Mobile Application Penetration Testing

Mobile Application TestingThe Mobile Application Penetration Testing  approach is based on our web application security methodology. The key difference is the security model around the client-side security.

Traditionally, the end-user is in control of his device and he is responsible for securing it against attackers and malware.  However, in mobile application environments, end-users may not always be aware of the threats they are facing and may not be in complete control of the device. Additionally, most mobile web applications are customized for dedicated functionalities and they typically do not benefit from the “many eyes” advantage that a popular software product receives.

To address these issues, our Mobile Penetration Testing methodology incorporates in addition to application security assessment, an end-user application security review process.

Server-side security

The server-side security testing is carried out using one of the approaches described in the web application security assessment methodology: black box, gray box or white box approach.

Client-side security

The client application is tested either using a platform emulator (typically provided together with SDK) and/or actual hardware device.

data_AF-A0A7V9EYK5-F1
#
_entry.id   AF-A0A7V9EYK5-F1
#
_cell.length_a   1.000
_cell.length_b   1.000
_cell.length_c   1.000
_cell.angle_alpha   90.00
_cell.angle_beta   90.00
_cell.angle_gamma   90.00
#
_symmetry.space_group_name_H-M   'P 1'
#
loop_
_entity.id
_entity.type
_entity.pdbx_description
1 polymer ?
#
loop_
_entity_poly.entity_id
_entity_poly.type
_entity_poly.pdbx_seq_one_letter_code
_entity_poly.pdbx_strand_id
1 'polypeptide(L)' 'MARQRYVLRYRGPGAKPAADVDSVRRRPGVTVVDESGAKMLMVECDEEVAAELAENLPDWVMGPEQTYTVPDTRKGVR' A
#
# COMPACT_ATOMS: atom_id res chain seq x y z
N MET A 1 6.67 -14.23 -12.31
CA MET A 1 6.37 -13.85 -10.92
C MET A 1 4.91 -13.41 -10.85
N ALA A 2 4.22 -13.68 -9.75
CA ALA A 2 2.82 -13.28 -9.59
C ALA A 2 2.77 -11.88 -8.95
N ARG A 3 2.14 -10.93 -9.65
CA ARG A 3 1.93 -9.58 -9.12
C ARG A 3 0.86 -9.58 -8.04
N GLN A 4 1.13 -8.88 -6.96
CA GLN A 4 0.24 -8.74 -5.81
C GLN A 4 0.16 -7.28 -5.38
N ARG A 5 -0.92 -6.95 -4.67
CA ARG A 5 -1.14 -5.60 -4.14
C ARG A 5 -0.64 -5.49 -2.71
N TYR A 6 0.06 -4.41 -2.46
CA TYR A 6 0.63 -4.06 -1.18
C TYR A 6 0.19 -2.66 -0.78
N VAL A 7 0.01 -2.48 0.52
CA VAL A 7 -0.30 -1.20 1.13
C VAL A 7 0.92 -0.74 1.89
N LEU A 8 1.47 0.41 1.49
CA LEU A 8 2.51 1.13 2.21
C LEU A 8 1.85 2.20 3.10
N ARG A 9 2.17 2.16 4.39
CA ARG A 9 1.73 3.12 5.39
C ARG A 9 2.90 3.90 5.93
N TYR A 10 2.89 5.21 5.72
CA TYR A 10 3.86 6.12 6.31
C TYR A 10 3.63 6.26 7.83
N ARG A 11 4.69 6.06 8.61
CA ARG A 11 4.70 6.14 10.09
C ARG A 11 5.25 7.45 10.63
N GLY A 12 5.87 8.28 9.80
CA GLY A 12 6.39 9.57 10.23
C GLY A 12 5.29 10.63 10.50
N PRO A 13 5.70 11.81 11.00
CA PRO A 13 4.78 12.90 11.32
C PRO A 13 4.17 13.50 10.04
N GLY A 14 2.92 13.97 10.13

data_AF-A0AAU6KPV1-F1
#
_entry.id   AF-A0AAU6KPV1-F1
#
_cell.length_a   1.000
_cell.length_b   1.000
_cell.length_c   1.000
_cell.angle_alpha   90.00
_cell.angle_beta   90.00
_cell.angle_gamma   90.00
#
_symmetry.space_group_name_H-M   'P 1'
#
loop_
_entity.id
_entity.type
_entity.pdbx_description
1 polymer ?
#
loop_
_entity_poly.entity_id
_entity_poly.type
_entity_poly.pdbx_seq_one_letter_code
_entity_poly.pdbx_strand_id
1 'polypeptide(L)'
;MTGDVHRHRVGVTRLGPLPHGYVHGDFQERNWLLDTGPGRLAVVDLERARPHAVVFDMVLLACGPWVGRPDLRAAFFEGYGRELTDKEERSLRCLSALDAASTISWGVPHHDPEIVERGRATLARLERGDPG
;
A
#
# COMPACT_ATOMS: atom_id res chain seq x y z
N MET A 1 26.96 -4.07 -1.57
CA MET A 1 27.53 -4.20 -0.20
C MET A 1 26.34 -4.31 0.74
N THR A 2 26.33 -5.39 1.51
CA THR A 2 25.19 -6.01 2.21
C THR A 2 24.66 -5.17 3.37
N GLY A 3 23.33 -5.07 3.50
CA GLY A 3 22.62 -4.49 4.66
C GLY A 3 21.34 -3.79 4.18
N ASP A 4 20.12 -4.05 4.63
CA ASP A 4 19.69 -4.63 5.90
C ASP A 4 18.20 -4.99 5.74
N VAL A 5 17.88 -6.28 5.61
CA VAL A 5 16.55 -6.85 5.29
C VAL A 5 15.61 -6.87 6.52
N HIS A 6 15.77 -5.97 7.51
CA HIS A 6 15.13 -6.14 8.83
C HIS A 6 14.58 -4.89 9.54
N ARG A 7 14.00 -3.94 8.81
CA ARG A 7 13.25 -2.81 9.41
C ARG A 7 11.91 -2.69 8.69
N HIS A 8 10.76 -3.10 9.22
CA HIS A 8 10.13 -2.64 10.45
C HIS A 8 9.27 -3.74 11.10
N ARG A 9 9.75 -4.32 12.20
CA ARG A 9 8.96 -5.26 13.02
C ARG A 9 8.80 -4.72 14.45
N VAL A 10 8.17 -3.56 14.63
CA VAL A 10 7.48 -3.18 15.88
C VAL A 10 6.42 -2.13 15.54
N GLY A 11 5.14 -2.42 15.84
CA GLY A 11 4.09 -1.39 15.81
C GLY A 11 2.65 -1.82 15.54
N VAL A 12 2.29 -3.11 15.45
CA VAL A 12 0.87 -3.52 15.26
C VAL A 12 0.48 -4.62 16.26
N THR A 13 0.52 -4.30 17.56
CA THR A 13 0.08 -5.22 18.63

Platform risk identification

Functionality of the client application is thoroughly analysed to identify assumptions about platforms of executions that may not be always true, for example:

  • an application relies on GPS data being accurate, then such data may be spoofed if the application is executed on an emulator
  • storage and exchange of cryptographic keys or shared secrets between application and a security device such as SIM card cannot be intercepted by other applications

End-user software testing

The data exchange between client-side application and server-side application is intercepted using various tools and the client-side application is being supplied with invalid responses to trigger erroneous behaviour. Fuzzing tools are used where possible to cover the maximum attack surface followed by manual investigation of suspicious behaviour.

 

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